From there, the opening set reached overdrive and the sixth game, with Alcaraz serving at 2-3, will probably go down as the greatest single game at this year’s championship. Paul gave the champion a taste of his own medicine with a disguised drop shot followed by a passing shot winner to bring up one of four break points but having his own weapon used against him only angered the Spaniard. On the very next point, he returned the favour by slicing a drop shot from the back of the court that the American was unlikely to get to even if he hadn’t slipped after being fooled.

After a ridiculous nine deuces, the No 3 seed eventually scraped the hold and roared as loud a “VAMOS” as he ever has on the grass courts of Wimbledon as the crowd yelled their approval right back.

Alcaraz was jubilant after winning the sixth game of the match (AP)
Alcaraz was jubilant after winning the sixth game of the match (AP)

That marathon ensured the first six games of the match alone took 40 minutes but the real drama of the set was still to come. Just when it seemed destined for a tiebreak, the underdog growled and secured a 7-5 win with a timely break of serve, sealed by a remarkable passing shot down the line on the run.

After 72 minutes of tennis played at as high a level as it’s possible to produce, Paul had the hardest earned of sets on the board but the beauty of men’s grand slam play is that still meant he was only a third of the way to a semi-final spot.

Many would have been crushed by the manner of defeat in the opening salvo and, perhaps understandably, Alcaraz still looked shell-shocked at the start of the second set – promptly losing his serve by firing a routine forehand wide, having already thrown in a double fault earlier in the game. But like all true champions, the No 3 seed dug deep, refocused and slowly began to impose his will on the quarter-final.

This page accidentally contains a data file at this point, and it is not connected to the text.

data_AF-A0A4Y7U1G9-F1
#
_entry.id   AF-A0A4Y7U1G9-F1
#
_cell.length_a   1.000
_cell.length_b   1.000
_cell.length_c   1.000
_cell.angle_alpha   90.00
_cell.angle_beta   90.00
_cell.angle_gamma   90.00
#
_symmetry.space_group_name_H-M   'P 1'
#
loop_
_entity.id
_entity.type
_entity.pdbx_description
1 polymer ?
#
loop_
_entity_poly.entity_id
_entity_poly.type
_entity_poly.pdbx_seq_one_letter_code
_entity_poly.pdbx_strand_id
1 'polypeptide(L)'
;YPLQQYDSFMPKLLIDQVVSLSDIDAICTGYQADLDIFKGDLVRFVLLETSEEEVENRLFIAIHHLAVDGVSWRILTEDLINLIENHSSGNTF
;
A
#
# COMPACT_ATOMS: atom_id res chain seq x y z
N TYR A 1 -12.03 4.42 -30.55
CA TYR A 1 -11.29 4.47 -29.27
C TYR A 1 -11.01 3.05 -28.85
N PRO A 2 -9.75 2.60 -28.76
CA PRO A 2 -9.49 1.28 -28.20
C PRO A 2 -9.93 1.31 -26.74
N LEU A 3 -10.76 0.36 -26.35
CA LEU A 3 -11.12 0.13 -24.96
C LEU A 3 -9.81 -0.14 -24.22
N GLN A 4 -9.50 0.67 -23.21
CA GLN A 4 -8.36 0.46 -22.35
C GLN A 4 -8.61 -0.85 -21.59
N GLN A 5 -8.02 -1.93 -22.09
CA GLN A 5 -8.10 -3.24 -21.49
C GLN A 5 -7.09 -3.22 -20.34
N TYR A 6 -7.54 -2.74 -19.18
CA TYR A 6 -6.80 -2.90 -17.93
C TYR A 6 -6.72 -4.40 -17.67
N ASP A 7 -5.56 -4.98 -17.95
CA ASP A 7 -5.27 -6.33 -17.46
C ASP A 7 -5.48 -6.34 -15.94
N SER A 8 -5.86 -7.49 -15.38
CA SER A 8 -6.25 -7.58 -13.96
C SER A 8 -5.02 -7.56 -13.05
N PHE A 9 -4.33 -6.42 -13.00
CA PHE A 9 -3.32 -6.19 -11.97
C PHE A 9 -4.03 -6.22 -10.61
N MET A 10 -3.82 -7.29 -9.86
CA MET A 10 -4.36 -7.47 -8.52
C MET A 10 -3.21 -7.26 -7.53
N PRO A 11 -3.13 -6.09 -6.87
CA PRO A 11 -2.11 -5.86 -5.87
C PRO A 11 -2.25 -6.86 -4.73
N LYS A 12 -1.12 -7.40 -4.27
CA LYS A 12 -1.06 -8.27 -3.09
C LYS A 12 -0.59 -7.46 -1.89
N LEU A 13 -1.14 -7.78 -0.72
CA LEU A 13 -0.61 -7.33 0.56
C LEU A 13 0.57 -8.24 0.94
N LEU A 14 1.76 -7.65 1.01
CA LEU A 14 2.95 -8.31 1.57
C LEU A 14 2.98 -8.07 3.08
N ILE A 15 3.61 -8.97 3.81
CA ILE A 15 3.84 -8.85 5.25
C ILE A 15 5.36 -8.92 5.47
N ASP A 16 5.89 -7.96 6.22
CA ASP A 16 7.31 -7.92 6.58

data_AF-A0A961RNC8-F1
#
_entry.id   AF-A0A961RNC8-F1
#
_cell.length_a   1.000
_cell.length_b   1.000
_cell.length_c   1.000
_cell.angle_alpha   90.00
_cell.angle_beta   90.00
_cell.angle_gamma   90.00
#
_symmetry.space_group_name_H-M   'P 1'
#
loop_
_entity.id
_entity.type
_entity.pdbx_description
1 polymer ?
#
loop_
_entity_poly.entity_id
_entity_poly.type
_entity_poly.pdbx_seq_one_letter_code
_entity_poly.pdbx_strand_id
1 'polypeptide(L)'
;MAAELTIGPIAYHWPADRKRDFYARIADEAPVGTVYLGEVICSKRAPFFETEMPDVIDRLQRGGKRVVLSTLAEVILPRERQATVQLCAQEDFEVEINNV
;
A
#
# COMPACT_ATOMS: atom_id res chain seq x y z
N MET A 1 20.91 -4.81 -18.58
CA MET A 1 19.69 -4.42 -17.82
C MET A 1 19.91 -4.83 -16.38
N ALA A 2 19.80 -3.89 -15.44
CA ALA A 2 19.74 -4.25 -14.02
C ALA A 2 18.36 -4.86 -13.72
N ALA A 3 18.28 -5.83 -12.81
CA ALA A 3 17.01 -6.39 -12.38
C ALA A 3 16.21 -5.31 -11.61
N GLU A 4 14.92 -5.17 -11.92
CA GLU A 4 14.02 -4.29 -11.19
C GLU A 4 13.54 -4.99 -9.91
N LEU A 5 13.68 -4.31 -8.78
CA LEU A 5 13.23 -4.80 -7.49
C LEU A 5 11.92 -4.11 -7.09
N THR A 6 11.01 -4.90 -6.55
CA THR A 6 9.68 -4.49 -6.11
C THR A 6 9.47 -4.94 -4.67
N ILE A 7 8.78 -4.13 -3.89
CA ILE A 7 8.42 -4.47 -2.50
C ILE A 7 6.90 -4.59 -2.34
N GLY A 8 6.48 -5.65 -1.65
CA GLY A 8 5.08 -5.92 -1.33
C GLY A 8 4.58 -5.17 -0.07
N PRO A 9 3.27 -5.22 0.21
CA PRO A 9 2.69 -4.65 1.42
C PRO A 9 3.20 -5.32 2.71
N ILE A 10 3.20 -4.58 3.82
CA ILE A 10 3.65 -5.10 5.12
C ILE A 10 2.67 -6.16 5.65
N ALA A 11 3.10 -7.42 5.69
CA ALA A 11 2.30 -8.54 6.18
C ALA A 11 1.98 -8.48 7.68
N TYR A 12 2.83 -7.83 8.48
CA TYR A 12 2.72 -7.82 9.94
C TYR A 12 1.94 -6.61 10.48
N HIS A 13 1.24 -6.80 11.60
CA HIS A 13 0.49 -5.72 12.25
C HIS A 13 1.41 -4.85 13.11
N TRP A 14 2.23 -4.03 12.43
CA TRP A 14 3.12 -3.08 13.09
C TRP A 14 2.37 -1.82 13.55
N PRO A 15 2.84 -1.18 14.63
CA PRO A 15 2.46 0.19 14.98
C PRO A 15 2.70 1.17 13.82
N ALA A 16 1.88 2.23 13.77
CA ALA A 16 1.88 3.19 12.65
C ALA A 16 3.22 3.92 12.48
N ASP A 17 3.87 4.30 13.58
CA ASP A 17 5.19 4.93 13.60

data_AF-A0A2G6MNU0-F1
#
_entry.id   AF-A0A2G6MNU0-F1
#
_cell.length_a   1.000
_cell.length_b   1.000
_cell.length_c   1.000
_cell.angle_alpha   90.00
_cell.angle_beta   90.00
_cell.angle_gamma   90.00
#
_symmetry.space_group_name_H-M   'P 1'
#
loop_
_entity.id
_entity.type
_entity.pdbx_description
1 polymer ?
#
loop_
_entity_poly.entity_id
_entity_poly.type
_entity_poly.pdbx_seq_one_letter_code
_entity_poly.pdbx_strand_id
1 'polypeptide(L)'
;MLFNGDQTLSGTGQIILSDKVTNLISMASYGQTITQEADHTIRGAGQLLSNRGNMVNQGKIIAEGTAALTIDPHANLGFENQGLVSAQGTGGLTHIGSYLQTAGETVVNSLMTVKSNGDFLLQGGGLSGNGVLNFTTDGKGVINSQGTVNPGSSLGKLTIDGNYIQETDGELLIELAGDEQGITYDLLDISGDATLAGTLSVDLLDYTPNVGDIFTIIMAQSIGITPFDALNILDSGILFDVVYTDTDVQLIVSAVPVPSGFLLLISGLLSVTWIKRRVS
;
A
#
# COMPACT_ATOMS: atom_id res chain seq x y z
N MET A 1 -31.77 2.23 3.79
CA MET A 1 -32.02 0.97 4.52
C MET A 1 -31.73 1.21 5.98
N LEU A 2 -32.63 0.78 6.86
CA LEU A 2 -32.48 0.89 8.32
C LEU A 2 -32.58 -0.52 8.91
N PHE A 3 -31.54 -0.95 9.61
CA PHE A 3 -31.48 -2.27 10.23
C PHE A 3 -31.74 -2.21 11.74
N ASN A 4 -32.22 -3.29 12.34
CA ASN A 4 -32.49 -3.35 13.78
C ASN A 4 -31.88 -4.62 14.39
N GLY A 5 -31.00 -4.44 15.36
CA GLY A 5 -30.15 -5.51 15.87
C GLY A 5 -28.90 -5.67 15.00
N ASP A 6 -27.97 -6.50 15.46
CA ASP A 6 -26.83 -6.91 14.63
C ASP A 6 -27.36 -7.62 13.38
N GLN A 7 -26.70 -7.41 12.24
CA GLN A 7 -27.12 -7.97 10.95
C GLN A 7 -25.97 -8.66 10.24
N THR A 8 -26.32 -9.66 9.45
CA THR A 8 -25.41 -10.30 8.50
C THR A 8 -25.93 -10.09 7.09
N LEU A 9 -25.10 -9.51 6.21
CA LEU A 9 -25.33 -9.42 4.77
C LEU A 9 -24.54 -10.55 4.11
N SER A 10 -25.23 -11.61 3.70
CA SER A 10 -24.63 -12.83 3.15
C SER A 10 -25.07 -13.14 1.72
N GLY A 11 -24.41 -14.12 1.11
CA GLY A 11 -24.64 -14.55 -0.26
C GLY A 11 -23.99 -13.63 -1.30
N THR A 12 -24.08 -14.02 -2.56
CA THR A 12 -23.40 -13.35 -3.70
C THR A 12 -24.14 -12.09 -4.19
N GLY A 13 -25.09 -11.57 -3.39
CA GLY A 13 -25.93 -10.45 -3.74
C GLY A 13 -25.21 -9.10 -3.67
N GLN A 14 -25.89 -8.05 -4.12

The feeling that the 21-year-old would be the more likely of the pair to maintain the super-human levels they had both displayed in the first set ultimately proved correct. He immediately got the break back and, as if to prove that highlight-reel shot-making after long rallies isn’t the only way he’s capable of winning points, then opened up another service game with three straight aces before sealing it with an unreturned second serve.

Paul congratulated Alcaraz after a remarakble quarter-final (EPA)
Paul congratulated Alcaraz after a remarakble quarter-final (EPA)

As Paul faltered just slightly, Alcaraz punished him – breaking serve again in the middle of the second set as the American threw in two double faults and rode that advantage out to a 6-4 win.

The third set was even more ruthless. Paul was still showing flashes of the inspired player from that opening 72 minutes with sliding volley winners and crushed forehands but couldn’t string points together in the same way. When a couple of break-back points went begging at 3-2, Alcaraz promptly confirmed a double break en route to a 6-2 triumph.

Sniffing the finish line, last year’s champion went for the throat. An early break in the fourth set sent the 12th seed despondently shuffling back to his chair and when a Paul forehand floated wide to confirm a double break at 4-1, the game was up. A 6-2 victory rounded out the win as both players embraced at the net and Alcaraz then clapped off his vanquished foe. Medvedev now awaits in an intriguing Friday semi-final on Centre Court.

If Alcaraz does go on to complete the ‘Channel Slam’ on Sunday, this match may just be a historical footnote in the journey but those lucky enough to witness it won’t forget it in a hurry.